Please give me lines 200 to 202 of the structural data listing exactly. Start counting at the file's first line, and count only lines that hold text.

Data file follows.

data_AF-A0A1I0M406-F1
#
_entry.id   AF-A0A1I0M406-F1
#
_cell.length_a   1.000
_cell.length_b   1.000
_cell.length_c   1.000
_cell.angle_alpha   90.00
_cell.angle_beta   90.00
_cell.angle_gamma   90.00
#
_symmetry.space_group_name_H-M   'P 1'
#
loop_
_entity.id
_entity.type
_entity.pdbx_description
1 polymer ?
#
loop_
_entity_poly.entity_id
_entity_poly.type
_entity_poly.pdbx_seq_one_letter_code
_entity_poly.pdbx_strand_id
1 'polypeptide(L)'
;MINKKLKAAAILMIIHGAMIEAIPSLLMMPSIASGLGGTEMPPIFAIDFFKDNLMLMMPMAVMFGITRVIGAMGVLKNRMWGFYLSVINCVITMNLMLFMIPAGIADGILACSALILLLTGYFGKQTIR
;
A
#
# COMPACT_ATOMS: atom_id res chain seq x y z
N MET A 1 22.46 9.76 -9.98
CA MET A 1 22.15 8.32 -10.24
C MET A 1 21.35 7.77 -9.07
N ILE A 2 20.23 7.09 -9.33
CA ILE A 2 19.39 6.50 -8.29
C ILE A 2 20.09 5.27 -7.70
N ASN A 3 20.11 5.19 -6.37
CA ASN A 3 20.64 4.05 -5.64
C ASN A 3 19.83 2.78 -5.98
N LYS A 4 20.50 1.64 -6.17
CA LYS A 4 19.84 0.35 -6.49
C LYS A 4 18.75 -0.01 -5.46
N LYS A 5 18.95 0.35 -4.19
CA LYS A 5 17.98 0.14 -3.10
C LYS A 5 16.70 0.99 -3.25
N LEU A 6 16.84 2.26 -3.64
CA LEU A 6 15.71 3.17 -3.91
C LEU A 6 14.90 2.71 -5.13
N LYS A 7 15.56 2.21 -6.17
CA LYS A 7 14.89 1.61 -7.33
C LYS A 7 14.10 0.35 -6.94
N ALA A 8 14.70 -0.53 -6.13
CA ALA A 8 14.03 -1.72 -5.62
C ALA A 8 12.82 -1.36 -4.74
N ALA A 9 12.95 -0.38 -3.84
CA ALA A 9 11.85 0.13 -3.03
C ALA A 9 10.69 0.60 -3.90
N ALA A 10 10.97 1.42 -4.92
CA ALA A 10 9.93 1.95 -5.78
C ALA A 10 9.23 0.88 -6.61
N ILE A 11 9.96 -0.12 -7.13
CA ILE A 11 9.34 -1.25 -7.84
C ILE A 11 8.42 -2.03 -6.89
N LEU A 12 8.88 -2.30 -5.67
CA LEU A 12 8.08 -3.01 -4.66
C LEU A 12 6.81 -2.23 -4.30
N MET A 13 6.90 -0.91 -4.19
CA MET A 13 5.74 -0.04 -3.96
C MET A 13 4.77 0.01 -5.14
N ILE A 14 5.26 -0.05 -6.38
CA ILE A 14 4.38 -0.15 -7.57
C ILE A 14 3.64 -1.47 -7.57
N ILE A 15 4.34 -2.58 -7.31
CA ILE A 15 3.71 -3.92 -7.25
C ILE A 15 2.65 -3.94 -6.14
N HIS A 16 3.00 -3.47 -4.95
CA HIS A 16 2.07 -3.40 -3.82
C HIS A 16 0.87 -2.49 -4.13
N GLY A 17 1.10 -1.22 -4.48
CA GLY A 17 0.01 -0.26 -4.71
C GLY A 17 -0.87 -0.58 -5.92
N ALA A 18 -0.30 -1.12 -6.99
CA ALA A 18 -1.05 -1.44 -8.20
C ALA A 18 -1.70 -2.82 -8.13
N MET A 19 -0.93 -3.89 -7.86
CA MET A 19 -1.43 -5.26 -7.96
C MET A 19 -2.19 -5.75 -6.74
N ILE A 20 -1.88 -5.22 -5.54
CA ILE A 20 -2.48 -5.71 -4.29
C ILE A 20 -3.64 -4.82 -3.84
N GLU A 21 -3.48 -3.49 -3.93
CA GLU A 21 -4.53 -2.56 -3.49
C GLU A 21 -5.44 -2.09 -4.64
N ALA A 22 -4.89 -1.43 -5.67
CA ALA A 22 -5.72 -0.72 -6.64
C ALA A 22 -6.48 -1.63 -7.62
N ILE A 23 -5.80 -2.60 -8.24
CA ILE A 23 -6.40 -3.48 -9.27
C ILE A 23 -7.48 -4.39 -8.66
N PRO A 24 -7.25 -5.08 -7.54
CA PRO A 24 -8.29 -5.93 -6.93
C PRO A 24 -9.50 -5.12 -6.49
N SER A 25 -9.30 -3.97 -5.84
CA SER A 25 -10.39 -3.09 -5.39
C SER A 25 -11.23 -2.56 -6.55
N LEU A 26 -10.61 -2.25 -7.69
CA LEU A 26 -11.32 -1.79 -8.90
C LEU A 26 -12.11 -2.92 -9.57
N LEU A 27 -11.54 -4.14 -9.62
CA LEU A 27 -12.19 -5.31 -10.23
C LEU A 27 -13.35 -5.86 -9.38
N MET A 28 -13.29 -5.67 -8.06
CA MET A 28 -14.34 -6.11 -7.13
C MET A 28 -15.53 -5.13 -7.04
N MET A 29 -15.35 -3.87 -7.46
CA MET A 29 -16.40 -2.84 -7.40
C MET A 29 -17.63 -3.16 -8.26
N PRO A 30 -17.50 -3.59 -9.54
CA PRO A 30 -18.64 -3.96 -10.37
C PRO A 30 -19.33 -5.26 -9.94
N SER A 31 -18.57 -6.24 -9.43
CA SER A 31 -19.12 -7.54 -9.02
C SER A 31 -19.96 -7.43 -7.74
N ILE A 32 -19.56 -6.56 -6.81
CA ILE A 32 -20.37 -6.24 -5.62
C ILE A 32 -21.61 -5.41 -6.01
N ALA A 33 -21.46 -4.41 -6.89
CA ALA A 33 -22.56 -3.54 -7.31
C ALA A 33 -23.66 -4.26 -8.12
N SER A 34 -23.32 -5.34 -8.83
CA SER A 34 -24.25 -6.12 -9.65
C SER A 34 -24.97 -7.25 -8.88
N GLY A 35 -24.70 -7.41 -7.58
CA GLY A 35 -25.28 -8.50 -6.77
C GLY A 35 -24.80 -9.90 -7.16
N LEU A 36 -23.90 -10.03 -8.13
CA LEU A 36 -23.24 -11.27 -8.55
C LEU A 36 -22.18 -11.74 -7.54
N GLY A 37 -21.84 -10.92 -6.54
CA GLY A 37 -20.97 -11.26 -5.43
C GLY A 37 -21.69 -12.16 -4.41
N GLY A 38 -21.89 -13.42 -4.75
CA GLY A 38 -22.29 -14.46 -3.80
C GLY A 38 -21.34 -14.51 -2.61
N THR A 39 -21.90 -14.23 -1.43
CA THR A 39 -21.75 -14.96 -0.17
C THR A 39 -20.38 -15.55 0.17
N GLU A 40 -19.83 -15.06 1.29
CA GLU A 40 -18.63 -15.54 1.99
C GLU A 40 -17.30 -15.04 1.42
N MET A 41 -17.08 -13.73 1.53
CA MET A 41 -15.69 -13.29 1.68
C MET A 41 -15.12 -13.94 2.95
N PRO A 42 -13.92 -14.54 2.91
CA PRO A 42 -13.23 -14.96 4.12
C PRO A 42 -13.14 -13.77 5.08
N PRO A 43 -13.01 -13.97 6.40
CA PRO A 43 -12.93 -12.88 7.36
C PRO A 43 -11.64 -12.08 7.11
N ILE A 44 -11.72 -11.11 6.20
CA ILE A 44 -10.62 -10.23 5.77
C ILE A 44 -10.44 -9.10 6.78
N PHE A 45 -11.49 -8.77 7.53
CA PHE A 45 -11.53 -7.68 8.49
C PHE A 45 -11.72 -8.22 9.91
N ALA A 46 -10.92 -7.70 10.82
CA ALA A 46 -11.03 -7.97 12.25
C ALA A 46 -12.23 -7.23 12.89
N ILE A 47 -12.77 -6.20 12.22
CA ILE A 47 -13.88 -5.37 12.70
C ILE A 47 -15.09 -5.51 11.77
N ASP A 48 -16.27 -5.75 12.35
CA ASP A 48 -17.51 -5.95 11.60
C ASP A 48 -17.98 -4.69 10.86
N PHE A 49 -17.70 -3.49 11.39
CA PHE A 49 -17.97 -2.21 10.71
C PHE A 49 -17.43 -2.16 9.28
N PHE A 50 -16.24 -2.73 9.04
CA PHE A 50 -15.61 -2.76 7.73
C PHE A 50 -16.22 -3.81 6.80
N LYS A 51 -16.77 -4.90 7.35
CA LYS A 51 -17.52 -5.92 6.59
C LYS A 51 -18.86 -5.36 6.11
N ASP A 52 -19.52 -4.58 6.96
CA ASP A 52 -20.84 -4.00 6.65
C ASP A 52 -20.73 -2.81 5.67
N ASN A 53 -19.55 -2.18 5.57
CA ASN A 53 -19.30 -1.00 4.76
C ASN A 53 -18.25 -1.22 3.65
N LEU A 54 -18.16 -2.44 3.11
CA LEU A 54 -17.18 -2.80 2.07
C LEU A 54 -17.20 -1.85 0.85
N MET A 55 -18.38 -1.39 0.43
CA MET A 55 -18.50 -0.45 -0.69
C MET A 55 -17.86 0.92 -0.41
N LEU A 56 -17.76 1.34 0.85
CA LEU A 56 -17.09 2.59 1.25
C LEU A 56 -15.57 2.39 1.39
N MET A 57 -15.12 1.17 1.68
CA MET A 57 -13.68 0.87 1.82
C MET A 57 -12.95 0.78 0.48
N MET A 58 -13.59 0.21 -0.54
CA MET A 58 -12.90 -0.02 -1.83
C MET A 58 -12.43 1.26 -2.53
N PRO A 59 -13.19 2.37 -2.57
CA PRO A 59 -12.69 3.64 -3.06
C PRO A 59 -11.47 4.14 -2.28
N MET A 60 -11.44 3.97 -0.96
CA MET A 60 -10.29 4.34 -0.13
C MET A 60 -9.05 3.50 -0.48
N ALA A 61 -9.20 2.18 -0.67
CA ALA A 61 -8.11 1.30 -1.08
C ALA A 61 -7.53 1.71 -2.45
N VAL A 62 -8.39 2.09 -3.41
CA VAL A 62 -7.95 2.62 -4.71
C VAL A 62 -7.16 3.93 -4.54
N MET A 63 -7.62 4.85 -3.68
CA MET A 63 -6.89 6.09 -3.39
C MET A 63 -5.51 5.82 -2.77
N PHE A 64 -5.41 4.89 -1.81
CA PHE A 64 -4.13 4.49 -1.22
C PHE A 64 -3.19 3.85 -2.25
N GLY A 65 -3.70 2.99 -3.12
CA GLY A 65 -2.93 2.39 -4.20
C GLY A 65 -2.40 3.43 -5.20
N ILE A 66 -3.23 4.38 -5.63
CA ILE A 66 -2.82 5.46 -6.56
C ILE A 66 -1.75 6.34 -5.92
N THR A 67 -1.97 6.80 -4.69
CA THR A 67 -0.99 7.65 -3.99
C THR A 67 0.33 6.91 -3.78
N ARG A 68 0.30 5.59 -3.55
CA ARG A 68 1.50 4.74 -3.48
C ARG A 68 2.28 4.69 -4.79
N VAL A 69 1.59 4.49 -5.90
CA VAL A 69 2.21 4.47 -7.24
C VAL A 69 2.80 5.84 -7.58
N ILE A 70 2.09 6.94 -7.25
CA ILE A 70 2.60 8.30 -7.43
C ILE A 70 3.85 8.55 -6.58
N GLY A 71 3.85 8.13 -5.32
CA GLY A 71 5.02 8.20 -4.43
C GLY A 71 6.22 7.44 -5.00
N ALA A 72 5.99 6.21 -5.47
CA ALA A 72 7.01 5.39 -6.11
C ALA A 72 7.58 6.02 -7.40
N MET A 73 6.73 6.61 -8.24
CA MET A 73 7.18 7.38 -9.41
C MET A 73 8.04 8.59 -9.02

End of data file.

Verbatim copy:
CA MET A 57 -13.68 0.87 1.82
C MET A 57 -12.95 0.78 0.48
N MET A 58 -13.59 0.21 -0.54